Sunday, May 14, 2006

Disgust [II, 20]

Disgust is an emotional response associated with things that are unclean or inedible. The response ranks as one of the basic components of the theory of emotion advanced by Robert Plutchik. In this view there are two categories of disgust: physical disgust, linked with physical or metaphorical uncleanness, and moral disgust, a more sublimated form. A sense of fastidiousness represents perhaps the most diluted form of disgust. Disgust is the opposite of sympathy, affinity, and liking.

Evolutionary psychologists hold that disgust stems from instinctive reactions that evolved as part of natural selection for behavior which tended to prevent food poisoning and infection. In this sense the response is “hardwired.”

Martha Nussbaum has published a thoughtful monograph entitled Hiding from Humanity: Disgust, Shame, and the Law/ She acknowledges that no strictly intellectual approach to law will ever illuminate the true reasons human beings join in self-governing unions. Because they reflect our vulnerability, the emotions of fear, compassion, and indignation provide guides to sound legal philosophy, but disgust, Nussbaum argues, should never form an emotional basis for law because it springs from fantasies of superhuman purity and omnipotence.

While they may be intellectuallly persuasive, the views of philosophers like Nussbaum are more reflective of an ideal than a social reality. A recent study found that women and children were more sensitive to disgust than men. Researchers have sought to explain this finding in evolutionary terms. However that may be, it seems that the socialization of “real men” involves a desensitizing process which makes them less susceptible to the emotion. As will be seen below, negative reactions to homosexuality among men are an exception to this tendency.

There are those who find even the thought of homosexuality repellent. This response is in part a reflection of individual temperament and experience, backed up, as so often noted in these pages, by centuries of disparagement. The notion that homosexuality is distasteful is a mild expression of this dislike.

Some straight men report that even seeing the penis of another man is displeasing. The thought of two persons with penises interacting sexually is even more so. It is odd that one should have this response to an organ that is, after all part of one’s own body, but it sometimes happens. As a rule these phallophobic men do not exhibit the same response to lesbian behavior. Up to point they may find it titillating. It is for this reason that short lesbian scenes sometimes appear in straight porno films. Gay-male scenes never do.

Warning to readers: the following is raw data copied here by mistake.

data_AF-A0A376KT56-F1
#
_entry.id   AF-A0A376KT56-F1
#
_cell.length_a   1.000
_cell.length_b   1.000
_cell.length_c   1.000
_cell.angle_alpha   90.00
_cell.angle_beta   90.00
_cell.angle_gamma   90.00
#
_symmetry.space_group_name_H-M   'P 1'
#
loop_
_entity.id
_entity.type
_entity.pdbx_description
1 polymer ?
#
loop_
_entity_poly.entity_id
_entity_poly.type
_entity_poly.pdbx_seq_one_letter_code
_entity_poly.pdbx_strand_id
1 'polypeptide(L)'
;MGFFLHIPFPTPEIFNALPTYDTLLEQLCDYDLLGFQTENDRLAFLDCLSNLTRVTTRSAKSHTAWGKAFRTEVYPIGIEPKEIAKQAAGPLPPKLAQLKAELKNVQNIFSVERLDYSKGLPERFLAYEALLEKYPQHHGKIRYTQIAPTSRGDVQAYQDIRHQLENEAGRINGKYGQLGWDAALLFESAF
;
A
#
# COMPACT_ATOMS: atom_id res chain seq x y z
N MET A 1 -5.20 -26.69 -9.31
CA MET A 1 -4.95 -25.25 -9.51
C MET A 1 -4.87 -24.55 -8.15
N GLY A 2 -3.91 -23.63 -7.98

Apart from sex and the contemplation of it, some dislike what they regard as the “antics” of gay people, their flamboyance and assertiveness. These individuals find that the discussion of homosexuality—even in the harmless way of mentioning one’s significant other—to reflect a supposed homosexual obsession with sex, which they find distasteful. Needless to say, they are bewildered when gay people say that they are not interested in the details of the opposite-sex life of those they encounter. For some straight studs boasting of their sexual conquests is their privilege. But such rights are withheld from “loathsome, promiscuous” gays, who “insist on rubbing the sordid details of their sex life in our faces.” The oddity of this comment is shown by the fact that such offendees object to gay people’s showing signs of affection, such as hugging and holding hands, conduct they find readily acceptable with opposite sex couples.

Sadly, objection to the more ordinary expressions of gayness, including dating and affection, is a reality. It does not have any excuse. It is different when we enter the realm of the paraphilias. While S/M does exist among straights, it seems to be more common with gays. Urolagnia, sexual interest in urine, may have a prima facie disgusting quality, in keeping with the survival instincts noted at the outset of this section. Involvement with scat, involvement with faeces, is even susceptible to this explantion. In Europe a recent fashion has appeared among small groups for poopie parties. Most find it hard to remain objective about such matters. Still, such forms of gratification are probably an acquired taste, not unlike cherishing snakes as pets. That is to say, the aversion can be overcome, but if it has not been, an adverse reaction will ensue.

Disgust with gayness and its attributes is an aspect of homophobia in the strict sense. In everyday parlance the word homophobia is used to cover all sorts of opposition to homosexuality. To the extent that it involves an emotional, possibly irrational aversion, that is a phobia, it may be properly regarded as the umbrella category to which disgust at homosexuality belongs.

In Leviticus 18 and 20 the Hebrew Bible characterized male same-sex love as to’ebah, which the King James version renders as abomination. Other terms represent later strata of disapproval, including such common expressions as bugger and faggot. Learned discourse speaks of reprobates and degenerates.

Some slang terms, including cocksucker and turd burglar (UK), emphasize the more graphic aspects of gay sex. Some, it is said, have a predilection for smegma or cock-cheese. Poor personal hygiene is stressed in the characterization dickbreath.

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